Is it important to have a high 1st service percentage? Should your first serve really go in 70% of the time, like Pancho Gonzales (Arthur Ashe’s coach) said? Is a high 1st service percentage the half work to win a match? We’re going to try to answer that, using match statistics from previous matches.
When you take a look at Fig 1, you won’t see big differences in the scatter between women who won there match and women who didn't.
There are women who lost there match even when they achieved a 1st service percentage of 70% or higher. Melinda Czink, for example, lost her match to Meng Yaun with 4-6 2-6, even after gaining a 1st service percentage of 83,61% (Australian Open, 2006). So a high 1st service percentage doesn’t guarantee you a victory.
On the other side, there are women who had a 1st service percentage less than 50% and still won there match. Fabiola Zuluaga had a 1st service percentage of 37,93% against Ashley Harkleroad, but won her match with 6-0 3-0 ret. (US Open, 2005). So a low 1st service percentage doesn’t always imply a big loss.
Does this mean that Pancho Gonzales was wrong? Does the first service percentage not matter? Off course not, who am I to deny mister Gonzales words.
First of all, when you take a look at Fig 2, you’ll see that only 28,57% of the women won their match when they had a 1st service percentage between 0%-48%. So it’s not impossible to win a match when your 1st service percentage is less than 48%, but it’s more difficult. Optimally, as a female professional tennis player your 1st service percentage has to be higher than 48%. The win/loss percentage for the 1st service percentage between 50%-51%, doesn’t confirm my hypothesis. Is this coincidence? Is this because the number of data is still too low? Or are there other reasons? Difficult to say. Therefore let us say that it’s better for a female professional tennis player to have a 1st service percentage higher than 51%.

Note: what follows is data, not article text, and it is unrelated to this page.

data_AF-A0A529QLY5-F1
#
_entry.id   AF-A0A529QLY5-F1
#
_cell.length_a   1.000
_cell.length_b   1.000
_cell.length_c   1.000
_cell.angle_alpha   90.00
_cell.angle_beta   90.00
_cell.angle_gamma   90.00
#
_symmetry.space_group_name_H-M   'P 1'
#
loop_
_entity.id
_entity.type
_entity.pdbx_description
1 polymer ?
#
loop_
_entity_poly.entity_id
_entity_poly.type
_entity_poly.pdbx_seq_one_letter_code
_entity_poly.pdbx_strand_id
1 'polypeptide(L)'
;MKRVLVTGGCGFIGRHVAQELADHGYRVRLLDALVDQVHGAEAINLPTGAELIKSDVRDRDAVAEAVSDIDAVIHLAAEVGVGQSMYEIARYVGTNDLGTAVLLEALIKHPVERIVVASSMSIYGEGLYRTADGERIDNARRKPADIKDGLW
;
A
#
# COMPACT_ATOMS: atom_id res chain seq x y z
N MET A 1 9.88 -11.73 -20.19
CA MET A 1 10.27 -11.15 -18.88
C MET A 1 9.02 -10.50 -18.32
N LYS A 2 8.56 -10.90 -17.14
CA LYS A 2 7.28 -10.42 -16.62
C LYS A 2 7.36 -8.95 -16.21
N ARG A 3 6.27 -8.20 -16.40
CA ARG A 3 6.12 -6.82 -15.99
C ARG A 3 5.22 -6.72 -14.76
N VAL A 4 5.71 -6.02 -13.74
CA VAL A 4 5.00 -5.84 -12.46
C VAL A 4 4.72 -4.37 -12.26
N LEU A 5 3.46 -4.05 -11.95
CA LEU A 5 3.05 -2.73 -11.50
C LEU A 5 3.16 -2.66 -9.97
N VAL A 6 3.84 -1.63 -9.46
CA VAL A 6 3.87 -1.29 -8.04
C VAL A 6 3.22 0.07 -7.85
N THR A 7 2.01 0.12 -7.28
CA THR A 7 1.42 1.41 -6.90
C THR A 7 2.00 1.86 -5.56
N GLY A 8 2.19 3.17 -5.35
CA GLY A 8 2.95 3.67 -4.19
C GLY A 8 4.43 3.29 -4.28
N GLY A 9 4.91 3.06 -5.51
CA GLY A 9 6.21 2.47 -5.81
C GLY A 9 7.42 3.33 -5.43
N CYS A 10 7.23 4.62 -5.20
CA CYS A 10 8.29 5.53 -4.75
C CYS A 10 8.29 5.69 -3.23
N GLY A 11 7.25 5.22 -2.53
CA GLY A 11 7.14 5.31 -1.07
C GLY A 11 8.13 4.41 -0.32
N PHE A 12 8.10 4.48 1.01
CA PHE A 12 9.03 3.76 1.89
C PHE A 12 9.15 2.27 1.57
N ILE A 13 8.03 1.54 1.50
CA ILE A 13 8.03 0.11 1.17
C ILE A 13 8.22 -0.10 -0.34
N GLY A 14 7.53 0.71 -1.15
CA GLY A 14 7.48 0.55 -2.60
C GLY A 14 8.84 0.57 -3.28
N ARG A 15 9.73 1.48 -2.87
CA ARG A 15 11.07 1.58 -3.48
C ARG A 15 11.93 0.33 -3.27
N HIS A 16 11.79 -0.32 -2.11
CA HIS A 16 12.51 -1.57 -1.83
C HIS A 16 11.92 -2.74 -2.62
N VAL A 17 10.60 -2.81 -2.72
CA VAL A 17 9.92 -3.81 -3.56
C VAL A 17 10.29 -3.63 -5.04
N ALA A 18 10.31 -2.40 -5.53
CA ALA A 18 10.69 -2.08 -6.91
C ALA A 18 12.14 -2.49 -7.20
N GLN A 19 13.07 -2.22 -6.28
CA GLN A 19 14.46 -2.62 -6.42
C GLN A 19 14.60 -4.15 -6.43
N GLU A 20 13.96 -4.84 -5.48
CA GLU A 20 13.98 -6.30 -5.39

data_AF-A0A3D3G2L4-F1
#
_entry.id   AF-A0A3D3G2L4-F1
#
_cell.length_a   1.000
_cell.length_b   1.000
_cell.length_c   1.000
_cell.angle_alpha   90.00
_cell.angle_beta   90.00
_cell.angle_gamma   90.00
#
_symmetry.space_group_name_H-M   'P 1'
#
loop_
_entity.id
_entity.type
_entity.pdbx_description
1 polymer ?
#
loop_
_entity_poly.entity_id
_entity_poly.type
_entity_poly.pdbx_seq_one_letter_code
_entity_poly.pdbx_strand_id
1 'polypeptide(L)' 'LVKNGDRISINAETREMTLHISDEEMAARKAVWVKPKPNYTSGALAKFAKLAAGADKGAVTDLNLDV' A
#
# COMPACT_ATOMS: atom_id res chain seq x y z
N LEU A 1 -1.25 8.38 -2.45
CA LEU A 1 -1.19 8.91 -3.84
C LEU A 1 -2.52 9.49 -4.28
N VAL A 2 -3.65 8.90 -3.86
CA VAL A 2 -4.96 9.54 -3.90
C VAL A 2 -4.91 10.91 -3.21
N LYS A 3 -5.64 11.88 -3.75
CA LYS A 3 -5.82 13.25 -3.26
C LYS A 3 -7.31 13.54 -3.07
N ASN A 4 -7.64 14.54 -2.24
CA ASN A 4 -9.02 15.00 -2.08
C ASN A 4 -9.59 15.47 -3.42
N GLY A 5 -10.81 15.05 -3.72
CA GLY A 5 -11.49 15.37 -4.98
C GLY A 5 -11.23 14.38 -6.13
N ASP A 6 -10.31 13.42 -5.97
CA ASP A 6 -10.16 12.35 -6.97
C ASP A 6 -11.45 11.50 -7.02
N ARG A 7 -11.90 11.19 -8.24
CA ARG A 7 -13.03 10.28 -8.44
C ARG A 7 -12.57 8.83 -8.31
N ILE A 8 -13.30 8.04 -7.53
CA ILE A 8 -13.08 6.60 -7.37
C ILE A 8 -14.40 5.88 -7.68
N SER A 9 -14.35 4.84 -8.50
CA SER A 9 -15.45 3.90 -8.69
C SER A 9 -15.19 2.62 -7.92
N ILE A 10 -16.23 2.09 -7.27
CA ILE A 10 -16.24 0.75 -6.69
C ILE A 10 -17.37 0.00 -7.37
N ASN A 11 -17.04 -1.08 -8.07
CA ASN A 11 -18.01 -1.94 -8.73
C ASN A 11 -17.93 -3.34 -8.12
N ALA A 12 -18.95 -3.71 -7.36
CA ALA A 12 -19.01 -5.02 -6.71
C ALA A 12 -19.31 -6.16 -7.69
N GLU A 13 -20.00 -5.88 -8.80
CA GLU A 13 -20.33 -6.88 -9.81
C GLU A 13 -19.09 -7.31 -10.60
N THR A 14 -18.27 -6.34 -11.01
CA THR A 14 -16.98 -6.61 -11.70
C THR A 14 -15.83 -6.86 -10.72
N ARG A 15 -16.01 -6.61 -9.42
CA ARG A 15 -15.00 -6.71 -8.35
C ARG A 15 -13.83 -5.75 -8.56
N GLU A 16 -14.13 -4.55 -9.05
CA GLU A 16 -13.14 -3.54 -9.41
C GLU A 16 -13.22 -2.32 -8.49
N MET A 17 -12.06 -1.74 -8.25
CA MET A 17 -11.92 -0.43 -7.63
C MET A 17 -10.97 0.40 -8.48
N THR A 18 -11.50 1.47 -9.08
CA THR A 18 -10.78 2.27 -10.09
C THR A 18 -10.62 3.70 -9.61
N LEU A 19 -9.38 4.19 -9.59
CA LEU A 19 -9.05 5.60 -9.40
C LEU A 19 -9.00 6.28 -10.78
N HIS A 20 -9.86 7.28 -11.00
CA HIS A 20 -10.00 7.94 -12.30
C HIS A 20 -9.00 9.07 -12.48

Further is it not inconceivable that a good first service percentage helps women with an efficient first serve. Fig 3 confirms our hypothesis. If you win more than 70% of the points with your first serve, than it’s better to have a high first service percentage (> 60%). If you win 50%-70% of the points with your first serve, it’s also better to have a service percentage higher than 50% (like I said before). If you win less than 50% of the points with your first service, the first service percentage doesn’t really matter, you’re going to lose anyway...
Also, if you have an inefficient second serve, intuition would say that a high first service percentage is necessary to increase your chances. In Fig 4 you see that this is true if you win between 30% - 40% points with your second serve. I you win less points, a high first service percentage doesn’t really matter.
In short, a high first service percentage doesn’t guarantee you a victory. But on the other side, a low service percentage makes it a more difficult to win the match. A female professional tennis player should aim a first service percentage higher than 51%. If she wins with her 1st service more than 70% of the points, a first service percentage higher than 60% almost guarantee a winning. If the second serve does not very well, a high first service percentage could increase the chances.
My excuses, I didn't get these images uploaded so I had do do it otherwise.
This is based on data of 757 women's matches of 12 tournaments (Us Open 05 (partly), Zurich Open 05, Kremlin Cup 05, Masters 05, Hopman Cup 06, Australian Open 06, Medibank International 06, Toray Pan Pacific Open 06, Open Gaz de France 06, Proximusdiamondgames 06, Cellular South Cup 06, Dubai Duty Free Women's Open 06.) So these conclusions aren't maybe suitable for different surfaces like grass or clay. Also are these conclusions disputable for professional men's tennis players.
Please help me to collect the statistics, see here
. This way I get a bit more time to process the data and to make analysis like this
. Matches from the Nasdaq Open, WTA Bausch & Lomb Championships, Family Circle Cup and current tournaments aren't filled in the data collector yet. If we split up the work, it doesn't take that long... Thx!
Here a small overview for the current top 10. It's too soon to make some conclusions, but it gives an image...
1. Amélie Mauresmo
2. Kim Clijsters
3. Maria Sharapova
4. Nadia Petrova
5. Mary Pierce
6. Lindsay Davenport
7. Justine Henin-Hardenne
8. Elena Dementieva
9. Patty Schnyder
10. Svetlana Kuznetsova